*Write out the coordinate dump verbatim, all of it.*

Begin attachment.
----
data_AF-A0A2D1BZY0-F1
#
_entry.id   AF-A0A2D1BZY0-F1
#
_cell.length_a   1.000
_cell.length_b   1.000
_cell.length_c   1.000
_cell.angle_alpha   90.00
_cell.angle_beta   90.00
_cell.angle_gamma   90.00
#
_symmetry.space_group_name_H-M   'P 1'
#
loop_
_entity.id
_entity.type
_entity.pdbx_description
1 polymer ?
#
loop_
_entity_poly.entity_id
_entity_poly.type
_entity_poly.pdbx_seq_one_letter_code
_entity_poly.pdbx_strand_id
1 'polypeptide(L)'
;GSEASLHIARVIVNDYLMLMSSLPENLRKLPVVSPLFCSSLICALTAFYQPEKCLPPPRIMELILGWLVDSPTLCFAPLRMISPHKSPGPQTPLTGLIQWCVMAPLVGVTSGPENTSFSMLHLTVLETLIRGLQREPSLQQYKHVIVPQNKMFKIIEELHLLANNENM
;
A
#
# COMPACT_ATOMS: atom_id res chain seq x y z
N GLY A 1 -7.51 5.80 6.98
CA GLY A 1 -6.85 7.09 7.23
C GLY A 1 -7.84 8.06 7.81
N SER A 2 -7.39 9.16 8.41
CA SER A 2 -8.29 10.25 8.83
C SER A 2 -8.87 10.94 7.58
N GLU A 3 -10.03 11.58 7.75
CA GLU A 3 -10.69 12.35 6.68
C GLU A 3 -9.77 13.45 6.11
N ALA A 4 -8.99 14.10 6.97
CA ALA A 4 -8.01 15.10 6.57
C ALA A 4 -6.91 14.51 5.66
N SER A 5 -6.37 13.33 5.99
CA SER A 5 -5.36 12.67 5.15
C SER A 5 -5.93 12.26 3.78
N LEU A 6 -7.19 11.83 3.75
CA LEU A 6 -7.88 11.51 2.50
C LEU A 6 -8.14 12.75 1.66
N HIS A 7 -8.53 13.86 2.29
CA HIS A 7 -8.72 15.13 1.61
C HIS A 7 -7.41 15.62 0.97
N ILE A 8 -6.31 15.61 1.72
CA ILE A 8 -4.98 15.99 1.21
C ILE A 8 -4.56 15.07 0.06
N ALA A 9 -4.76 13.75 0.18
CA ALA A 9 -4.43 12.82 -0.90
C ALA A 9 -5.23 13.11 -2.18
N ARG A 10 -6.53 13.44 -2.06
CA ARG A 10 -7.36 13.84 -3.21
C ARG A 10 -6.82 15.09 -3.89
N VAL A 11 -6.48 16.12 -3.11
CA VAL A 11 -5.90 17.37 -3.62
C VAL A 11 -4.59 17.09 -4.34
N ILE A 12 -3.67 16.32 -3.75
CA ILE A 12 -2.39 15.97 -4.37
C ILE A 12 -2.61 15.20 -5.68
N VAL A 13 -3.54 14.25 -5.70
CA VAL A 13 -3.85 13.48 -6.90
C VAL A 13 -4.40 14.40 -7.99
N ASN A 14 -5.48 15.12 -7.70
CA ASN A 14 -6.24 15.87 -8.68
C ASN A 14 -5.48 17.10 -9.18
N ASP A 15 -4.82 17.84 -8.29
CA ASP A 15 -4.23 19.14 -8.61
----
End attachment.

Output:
data_AF-A0A2D1BZY0-F1
#
_entry.id   AF-A0A2D1BZY0-F1
#
_cell.length_a   1.000
_cell.length_b   1.000
_cell.length_c   1.000
_cell.angle_alpha   90.00
_cell.angle_beta   90.00
_cell.angle_gamma   90.00
#
_symmetry.space_group_name_H-M   'P 1'
#
loop_
_entity.id
_entity.type
_entity.pdbx_description
1 polymer ?
#
loop_
_entity_poly.entity_id
_entity_poly.type
_entity_poly.pdbx_seq_one_letter_code
_entity_poly.pdbx_strand_id
1 'polypeptide(L)'
;GSEASLHIARVIVNDYLMLMSSLPENLRKLPVVSPLFCSSLICALTAFYQPEKCLPPPRIMELILGWLVDSPTLCFAPLRMISPHKSPGPQTPLTGLIQWCVMAPLVGVTSGPENTSFSMLHLTVLETLIRGLQREPSLQQYKHVIVPQNKMFKIIEELHLLANNENM
;
A
#
# COMPACT_ATOMS: atom_id res chain seq x y z
N GLY A 1 -7.51 5.80 6.98
CA GLY A 1 -6.85 7.09 7.23
C GLY A 1 -7.84 8.06 7.81
N SER A 2 -7.39 9.16 8.41
CA SER A 2 -8.29 10.25 8.83
C SER A 2 -8.87 10.94 7.58
N GLU A 3 -10.03 11.58 7.75
CA GLU A 3 -10.69 12.35 6.68
C GLU A 3 -9.77 13.45 6.11
N ALA A 4 -8.99 14.10 6.97
CA ALA A 4 -8.01 15.10 6.57
C ALA A 4 -6.91 14.51 5.66
N SER A 5 -6.37 13.33 5.99
CA SER A 5 -5.36 12.67 5.15
C SER A 5 -5.93 12.26 3.78
N LEU A 6 -7.19 11.83 3.75
CA LEU A 6 -7.88 11.51 2.50
C LEU A 6 -8.14 12.75 1.66
N HIS A 7 -8.53 13.86 2.29
CA HIS A 7 -8.72 15.13 1.61
C HIS A 7 -7.41 15.62 0.97
N ILE A 8 -6.31 15.61 1.72
CA ILE A 8 -4.98 15.99 1.21
C ILE A 8 -4.56 15.07 0.06
N ALA A 9 -4.76 13.75 0.18
CA ALA A 9 -4.43 12.82 -0.90
C ALA A 9 -5.23 13.11 -2.18
N ARG A 10 -6.53 13.44 -2.06
CA ARG A 10 -7.36 13.84 -3.21
C ARG A 10 -6.82 15.09 -3.89
N VAL A 11 -6.48 16.12 -3.11
CA VAL A 11 -5.90 17.37 -3.62
C VAL A 11 -4.59 17.09 -4.34
N ILE A 12 -3.67 16.32 -3.75
CA ILE A 12 -2.39 15.97 -4.37
C ILE A 12 -2.61 15.20 -5.68
N VAL A 13 -3.54 14.25 -5.70
CA VAL A 13 -3.85 13.48 -6.90
C VAL A 13 -4.40 14.40 -7.99
N ASN A 14 -5.48 15.12 -7.70
CA ASN A 14 -6.24 15.87 -8.68
C ASN A 14 -5.48 17.10 -9.18
N ASP A 15 -4.82 17.84 -8.29
CA ASP A 15 -4.23 19.14 -8.61